Though the King is careful to keep the hotheads among the younger badgers in check, he has no intention of abandoning his guerrilla campaign against the cullers. It happens that his mother’s rosehip vodka makes an excellent Molotov cocktail.

Lord Bonkers was Liberal MP for Rutland South West, 1906-10.

Earlier this week in Lord Bonkers' Diary...

Monday, February 19, 2024

Compensation to victims of the Jesus Army may total £10m

The disbanded, Northampton-based cult The Jesus Army is back in the news today. The Northampton Chronicle & Echo reports that the compensation to be paid to survivors of abuse within the cult may reach £10m.

I blogged about the Jesus Army a few years ago, and the Chronicle & Echo gives a brief history of it today:

Originally set up by founder Noel Stanton in Bugbrooke in 1969, the Jesus Army was a cult-like religious movement, which attracted thousands of members who lived together in close-knit, rural communes. Mr Stanton remained at the helm of the organisation until 2009 when he died.

In 2017 the new leader Mick Haines said, in a speech, he had become aware of “serious allegations” about Mr Stanton.

More allegations of financial, emotional, physical and sexual abuse from both children and adults have surfaced. In 2019 Chronicle & Echo reported some 200 claims had been made.

A number of people have been convicted of carrying out abuse at the Jesus Fellowship Church, which has since issued an apology.

My reason for blogging about this today is that I recently came across a comprehensive online archive on the Jesus Army.

Studying it you find t hat some people had serious doubts about the Jesus Army from the start. Here is a reader's letter to the Chronicle & Echo dated 28 October 1986:

Probe this group

While not always accepting the political views of Mr Michael Morris MP, I agree with his recent call for a government inquiry into The Jesus People at Bugbrooke.

Having heard and listened to many frightening experiences concerning their very obscure methods of the teachings of Christ, and having recently heard through the papers, that a second cousin of mine who did join this group has killed himself I hope that Government sees the seriousness of such a group operating here in the United Kingdom and acts fast.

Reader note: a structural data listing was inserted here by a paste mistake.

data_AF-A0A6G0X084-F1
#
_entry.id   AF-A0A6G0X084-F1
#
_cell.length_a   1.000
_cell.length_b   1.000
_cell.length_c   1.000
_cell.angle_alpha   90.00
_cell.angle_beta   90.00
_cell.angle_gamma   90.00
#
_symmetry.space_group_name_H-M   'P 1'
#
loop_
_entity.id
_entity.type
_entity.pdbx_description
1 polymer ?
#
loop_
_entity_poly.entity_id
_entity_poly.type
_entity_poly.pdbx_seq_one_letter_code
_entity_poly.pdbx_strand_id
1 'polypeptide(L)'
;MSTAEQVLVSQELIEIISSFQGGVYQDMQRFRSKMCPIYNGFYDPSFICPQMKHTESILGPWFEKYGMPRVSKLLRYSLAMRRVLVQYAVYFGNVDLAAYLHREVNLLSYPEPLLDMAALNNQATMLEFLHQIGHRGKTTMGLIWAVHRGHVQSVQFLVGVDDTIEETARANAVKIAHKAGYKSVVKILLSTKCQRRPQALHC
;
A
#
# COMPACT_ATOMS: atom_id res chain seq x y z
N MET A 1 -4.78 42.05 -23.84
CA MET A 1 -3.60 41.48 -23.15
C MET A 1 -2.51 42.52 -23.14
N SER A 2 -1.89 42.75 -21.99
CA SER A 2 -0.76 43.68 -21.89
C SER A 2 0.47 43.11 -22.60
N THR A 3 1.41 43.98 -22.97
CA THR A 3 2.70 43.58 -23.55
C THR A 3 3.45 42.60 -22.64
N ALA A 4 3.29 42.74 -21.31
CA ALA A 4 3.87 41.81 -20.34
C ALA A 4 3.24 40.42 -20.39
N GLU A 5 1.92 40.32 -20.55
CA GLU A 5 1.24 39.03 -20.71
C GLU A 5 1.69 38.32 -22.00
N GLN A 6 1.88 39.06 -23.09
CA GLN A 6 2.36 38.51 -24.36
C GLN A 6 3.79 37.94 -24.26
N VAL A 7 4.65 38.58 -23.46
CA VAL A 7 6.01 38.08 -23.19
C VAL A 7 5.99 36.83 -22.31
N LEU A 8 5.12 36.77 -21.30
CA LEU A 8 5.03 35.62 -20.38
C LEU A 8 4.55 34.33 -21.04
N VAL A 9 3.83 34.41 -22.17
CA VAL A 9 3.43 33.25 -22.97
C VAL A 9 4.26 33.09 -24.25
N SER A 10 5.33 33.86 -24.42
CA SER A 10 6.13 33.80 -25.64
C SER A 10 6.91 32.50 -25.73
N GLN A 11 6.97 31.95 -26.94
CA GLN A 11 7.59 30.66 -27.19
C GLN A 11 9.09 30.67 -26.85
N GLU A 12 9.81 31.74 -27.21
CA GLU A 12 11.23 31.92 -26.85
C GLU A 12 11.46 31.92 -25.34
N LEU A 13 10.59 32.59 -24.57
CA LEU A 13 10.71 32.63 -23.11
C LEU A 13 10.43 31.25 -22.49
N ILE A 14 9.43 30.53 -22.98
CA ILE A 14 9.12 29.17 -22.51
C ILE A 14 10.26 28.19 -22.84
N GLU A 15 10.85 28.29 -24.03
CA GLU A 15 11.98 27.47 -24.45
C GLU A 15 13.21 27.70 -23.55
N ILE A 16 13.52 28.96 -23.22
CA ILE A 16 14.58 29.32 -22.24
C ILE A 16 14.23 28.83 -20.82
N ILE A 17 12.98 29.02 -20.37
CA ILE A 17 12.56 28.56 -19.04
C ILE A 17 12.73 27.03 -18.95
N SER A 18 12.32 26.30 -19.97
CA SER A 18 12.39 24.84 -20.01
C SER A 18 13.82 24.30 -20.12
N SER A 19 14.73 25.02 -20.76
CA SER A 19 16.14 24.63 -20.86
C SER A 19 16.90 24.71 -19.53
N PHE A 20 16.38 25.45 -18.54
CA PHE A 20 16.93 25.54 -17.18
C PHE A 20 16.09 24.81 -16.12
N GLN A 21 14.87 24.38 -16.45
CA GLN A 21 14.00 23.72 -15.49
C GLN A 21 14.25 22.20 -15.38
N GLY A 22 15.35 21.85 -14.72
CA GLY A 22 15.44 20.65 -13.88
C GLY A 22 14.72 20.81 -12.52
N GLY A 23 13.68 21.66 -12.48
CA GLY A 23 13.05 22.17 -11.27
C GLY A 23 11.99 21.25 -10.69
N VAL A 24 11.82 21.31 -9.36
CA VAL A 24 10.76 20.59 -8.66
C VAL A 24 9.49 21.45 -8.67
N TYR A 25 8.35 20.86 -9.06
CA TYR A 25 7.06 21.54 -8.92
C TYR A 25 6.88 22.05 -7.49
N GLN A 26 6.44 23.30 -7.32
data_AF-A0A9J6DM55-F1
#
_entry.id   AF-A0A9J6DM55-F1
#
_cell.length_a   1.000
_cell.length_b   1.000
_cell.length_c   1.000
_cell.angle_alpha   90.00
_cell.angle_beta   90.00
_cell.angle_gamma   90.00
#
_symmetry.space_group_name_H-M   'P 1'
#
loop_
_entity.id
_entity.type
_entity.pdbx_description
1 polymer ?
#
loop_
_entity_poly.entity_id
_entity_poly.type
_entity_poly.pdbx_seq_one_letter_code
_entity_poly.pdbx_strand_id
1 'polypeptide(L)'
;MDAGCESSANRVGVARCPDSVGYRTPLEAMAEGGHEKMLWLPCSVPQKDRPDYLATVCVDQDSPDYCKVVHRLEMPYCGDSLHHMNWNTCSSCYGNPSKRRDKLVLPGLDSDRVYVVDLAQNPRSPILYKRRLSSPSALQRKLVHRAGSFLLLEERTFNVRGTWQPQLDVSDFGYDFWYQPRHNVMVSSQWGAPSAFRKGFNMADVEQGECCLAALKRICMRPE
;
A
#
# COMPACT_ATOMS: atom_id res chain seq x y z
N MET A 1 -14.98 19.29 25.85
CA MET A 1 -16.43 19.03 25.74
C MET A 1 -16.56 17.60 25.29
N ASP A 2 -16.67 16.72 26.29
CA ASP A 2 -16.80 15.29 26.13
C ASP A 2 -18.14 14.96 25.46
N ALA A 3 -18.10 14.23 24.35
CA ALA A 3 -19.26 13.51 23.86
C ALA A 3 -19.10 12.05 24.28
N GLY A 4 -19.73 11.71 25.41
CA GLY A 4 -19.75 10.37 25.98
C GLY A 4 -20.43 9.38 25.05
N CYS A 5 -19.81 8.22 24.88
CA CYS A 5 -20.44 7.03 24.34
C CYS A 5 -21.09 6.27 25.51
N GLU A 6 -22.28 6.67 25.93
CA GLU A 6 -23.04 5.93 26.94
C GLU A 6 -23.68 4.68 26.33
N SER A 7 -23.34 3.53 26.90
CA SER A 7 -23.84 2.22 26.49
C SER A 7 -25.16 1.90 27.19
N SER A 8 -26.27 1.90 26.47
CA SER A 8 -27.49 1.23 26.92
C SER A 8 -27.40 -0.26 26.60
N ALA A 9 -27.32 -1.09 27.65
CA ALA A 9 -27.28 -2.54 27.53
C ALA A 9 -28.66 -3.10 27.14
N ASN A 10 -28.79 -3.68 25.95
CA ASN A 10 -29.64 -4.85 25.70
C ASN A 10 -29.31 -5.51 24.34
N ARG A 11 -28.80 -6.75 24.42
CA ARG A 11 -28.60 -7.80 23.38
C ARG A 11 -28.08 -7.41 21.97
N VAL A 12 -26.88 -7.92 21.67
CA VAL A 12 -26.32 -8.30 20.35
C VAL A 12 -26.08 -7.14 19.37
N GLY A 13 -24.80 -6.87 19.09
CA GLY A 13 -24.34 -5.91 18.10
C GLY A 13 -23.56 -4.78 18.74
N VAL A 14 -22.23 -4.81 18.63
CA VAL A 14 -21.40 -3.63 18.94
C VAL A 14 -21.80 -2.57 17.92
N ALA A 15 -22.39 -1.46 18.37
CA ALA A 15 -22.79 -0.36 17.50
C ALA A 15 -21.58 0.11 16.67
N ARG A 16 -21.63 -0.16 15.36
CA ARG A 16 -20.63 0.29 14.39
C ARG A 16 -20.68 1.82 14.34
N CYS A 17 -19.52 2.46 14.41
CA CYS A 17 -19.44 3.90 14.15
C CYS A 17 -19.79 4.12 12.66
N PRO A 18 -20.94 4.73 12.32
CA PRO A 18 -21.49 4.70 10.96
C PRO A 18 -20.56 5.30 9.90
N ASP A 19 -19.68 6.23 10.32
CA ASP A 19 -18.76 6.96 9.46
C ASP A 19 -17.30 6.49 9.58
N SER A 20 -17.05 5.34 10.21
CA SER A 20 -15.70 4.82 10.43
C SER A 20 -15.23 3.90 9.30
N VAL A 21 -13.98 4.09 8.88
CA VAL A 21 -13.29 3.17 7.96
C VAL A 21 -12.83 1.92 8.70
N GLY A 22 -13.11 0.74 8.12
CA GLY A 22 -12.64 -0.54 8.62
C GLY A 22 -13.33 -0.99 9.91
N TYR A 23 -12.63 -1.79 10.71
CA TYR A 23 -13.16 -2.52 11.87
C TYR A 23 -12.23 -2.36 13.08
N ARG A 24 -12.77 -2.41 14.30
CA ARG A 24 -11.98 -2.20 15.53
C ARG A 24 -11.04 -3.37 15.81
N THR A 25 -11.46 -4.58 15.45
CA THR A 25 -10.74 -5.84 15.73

One of the skills the traditional Conservative MP was expected to possess was the ability to spot a wrongun when he saw one, and Michael Morris certainly possessed it.

And then there was an article by William Dalrymple in the Independent Magazine for 8 April 1989. William Dalrymple the historian would have been only 24 at the time this was published, but I do think he was the author. This blog's hero Ian Jack was the editor of the Independent Magazine in those days and was known for identifying and encouraging young talent.

Dalrymple catalogues some of the allegations against the Jesus Army, including their involvement in a number of deaths. Then he goes to have dinner at the group's community house in Bugbrooke, finds them to be charming people and wonders what all the fuss has been about.

This is a legitimate article to write - if a controversial group is in the news, go and meet them and see what they're like. But if the Jesus Army were a sinister cult - and that's exactly what it turned out to be - it was hardly going to reveal this to him over dinner. Dalrymple does not come across as sufficiently aware of this.

And then he takes a wrong turn:

England is now, at root, a deeply secular society where extreme expressions of fundamentalist belief are frowned upon. The hostility that the Jesus People have aroused in many quarters reflects the fact that most people now find strong religious convictions utterly incomprehensible. 
According to Dr Eileen Barker, a sociologist of religion at the London School of Economics, the term brainwashing used against sects like the Jesus People is now nothing more than a metaphor to explain strong religious convictions by people who find them inexplicable: 

'Today people find it very difficult to accept that someone could be prepared to sacrifice everything that is normally regarded as important for an idea. There is a fundamental problem of communication. Neither side can understand the other; they have a totally different world vision.'

Everything Dalrymple and Barker say here may be correct, but it has no relevance to the truth or falsity of the allegations against the Jesus People.

As Karl Popper says somewhere, how we come up with a scientific hypothesis is a question of human psychology: it has no bearing on that hypothesis's truth or falsity. 

Similarly, an investigator may be driven by a hatred of religion, but you still have to examine the evidence he puts forward. You can't dismiss allegations of abuse just by psychoanalysing the person who makes them.

The Tories will still be suffering from Boris Johnson's premiership years from today

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One sign  the Conservatives think they are going to lose the election is the number of their MPs who have chosen to retire rather than defend their seats.